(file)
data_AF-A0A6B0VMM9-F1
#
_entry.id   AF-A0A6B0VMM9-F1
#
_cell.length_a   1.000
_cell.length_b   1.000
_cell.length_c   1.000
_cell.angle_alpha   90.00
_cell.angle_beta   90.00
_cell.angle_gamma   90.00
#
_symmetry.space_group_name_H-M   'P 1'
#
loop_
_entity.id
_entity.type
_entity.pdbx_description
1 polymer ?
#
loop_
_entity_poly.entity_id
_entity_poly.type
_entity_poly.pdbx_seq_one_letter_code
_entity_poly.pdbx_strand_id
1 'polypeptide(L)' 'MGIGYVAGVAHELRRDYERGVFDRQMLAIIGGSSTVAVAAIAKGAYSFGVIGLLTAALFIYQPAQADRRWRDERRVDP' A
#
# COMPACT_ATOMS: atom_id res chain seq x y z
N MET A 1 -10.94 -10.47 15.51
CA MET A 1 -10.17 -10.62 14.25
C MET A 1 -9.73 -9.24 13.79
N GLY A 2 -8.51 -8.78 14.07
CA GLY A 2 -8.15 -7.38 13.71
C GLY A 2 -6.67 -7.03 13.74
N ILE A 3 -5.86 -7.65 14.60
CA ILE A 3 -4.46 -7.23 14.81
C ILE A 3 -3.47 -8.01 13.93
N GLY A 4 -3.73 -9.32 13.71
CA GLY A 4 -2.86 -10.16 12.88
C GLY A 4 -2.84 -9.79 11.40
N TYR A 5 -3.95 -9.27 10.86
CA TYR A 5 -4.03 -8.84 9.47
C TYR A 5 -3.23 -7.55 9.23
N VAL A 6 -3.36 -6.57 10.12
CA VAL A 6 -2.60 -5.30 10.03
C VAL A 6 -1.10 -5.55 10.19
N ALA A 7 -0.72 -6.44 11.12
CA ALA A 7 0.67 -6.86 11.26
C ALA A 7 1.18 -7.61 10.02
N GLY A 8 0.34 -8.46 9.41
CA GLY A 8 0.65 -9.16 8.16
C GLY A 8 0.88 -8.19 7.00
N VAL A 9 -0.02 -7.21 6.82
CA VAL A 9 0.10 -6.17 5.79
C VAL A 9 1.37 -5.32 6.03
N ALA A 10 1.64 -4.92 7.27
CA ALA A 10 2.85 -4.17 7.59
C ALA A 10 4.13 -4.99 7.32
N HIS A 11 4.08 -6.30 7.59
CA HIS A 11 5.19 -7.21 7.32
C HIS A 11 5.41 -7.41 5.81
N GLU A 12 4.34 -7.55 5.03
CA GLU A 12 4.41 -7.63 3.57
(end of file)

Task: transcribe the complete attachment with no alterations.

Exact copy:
data_AF-A0A6B0VMM9-F1
#
_entry.id   AF-A0A6B0VMM9-F1
#
_cell.length_a   1.000
_cell.length_b   1.000
_cell.length_c   1.000
_cell.angle_alpha   90.00
_cell.angle_beta   90.00
_cell.angle_gamma   90.00
#
_symmetry.space_group_name_H-M   'P 1'
#
loop_
_entity.id
_entity.type
_entity.pdbx_description
1 polymer ?
#
loop_
_entity_poly.entity_id
_entity_poly.type
_entity_poly.pdbx_seq_one_letter_code
_entity_poly.pdbx_strand_id
1 'polypeptide(L)' 'MGIGYVAGVAHELRRDYERGVFDRQMLAIIGGSSTVAVAAIAKGAYSFGVIGLLTAALFIYQPAQADRRWRDERRVDP' A
#
# COMPACT_ATOMS: atom_id res chain seq x y z
N MET A 1 -10.94 -10.47 15.51
CA MET A 1 -10.17 -10.62 14.25
C MET A 1 -9.73 -9.24 13.79
N GLY A 2 -8.51 -8.78 14.07
CA GLY A 2 -8.15 -7.38 13.71
C GLY A 2 -6.67 -7.03 13.74
N ILE A 3 -5.86 -7.65 14.60
CA ILE A 3 -4.46 -7.23 14.81
C ILE A 3 -3.47 -8.01 13.93
N GLY A 4 -3.73 -9.32 13.71
CA GLY A 4 -2.86 -10.16 12.88
C GLY A 4 -2.84 -9.79 11.40
N TYR A 5 -3.95 -9.27 10.86
CA TYR A 5 -4.03 -8.84 9.47
C TYR A 5 -3.23 -7.55 9.23
N VAL A 6 -3.36 -6.57 10.12
CA VAL A 6 -2.60 -5.30 10.03
C VAL A 6 -1.10 -5.55 10.19
N ALA A 7 -0.72 -6.44 11.12
CA ALA A 7 0.67 -6.86 11.26
C ALA A 7 1.18 -7.61 10.02
N GLY A 8 0.34 -8.46 9.41
CA GLY A 8 0.65 -9.16 8.16
C GLY A 8 0.88 -8.19 7.00
N VAL A 9 -0.02 -7.21 6.82
CA VAL A 9 0.10 -6.17 5.79
C VAL A 9 1.37 -5.32 6.03
N ALA A 10 1.64 -4.92 7.27
CA ALA A 10 2.85 -4.17 7.59
C ALA A 10 4.13 -4.99 7.32
N HIS A 11 4.08 -6.30 7.59
CA HIS A 11 5.19 -7.21 7.32
C HIS A 11 5.41 -7.41 5.81
N GLU A 12 4.34 -7.55 5.03
CA GLU A 12 4.41 -7.63 3.57